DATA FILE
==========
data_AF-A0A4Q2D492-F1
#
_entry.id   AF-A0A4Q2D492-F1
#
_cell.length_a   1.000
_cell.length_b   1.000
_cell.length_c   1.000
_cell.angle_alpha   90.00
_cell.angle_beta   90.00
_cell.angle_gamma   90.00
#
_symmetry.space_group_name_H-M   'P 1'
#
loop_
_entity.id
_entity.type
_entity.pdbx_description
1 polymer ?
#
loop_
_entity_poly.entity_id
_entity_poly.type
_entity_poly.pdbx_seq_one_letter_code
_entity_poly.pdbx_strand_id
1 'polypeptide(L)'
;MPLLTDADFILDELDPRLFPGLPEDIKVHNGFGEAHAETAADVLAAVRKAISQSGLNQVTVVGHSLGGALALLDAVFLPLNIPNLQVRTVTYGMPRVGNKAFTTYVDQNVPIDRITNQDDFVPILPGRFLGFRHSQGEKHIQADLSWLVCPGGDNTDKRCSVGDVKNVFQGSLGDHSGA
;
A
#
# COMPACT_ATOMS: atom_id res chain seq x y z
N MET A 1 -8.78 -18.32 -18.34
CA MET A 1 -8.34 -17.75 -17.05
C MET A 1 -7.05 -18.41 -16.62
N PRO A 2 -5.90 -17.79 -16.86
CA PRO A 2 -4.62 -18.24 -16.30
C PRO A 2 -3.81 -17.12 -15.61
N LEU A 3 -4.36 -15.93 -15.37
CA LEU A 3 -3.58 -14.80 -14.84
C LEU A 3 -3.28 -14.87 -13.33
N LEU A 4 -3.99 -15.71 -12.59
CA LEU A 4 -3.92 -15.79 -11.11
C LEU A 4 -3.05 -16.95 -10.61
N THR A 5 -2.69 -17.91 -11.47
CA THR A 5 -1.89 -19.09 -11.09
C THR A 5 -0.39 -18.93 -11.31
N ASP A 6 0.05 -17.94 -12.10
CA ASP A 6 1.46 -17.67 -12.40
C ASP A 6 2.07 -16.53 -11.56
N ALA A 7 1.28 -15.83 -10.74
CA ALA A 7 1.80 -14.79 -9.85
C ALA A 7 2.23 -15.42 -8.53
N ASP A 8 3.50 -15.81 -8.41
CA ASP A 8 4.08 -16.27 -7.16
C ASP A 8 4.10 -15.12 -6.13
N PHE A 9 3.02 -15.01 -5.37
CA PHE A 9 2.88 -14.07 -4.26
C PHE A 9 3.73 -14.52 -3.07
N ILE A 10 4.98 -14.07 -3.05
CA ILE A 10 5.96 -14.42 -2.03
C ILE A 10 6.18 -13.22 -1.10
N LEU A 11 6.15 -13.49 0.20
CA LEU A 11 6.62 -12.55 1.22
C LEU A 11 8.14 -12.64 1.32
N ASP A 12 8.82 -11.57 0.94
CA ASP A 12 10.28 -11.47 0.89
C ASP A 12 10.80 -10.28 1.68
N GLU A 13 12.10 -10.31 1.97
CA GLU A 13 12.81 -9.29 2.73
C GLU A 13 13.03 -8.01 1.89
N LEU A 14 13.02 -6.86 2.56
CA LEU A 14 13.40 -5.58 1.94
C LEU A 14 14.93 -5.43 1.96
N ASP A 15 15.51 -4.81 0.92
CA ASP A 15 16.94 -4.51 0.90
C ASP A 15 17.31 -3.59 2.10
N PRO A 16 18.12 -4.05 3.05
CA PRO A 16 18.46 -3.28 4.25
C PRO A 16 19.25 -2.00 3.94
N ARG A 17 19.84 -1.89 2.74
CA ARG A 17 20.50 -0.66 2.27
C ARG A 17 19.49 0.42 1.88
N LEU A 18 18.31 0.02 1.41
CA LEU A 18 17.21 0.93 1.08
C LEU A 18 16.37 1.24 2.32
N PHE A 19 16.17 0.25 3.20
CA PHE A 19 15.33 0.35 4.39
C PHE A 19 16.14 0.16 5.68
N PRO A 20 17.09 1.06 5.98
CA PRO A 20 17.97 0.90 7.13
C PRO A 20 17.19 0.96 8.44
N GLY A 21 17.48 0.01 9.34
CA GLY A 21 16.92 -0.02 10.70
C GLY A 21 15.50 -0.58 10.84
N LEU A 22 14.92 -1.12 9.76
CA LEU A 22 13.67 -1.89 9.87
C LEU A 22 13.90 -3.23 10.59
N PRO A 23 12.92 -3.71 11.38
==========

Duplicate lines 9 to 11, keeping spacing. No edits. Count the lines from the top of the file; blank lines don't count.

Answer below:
_cell.angle_beta   90.00
_cell.angle_gamma   90.00
#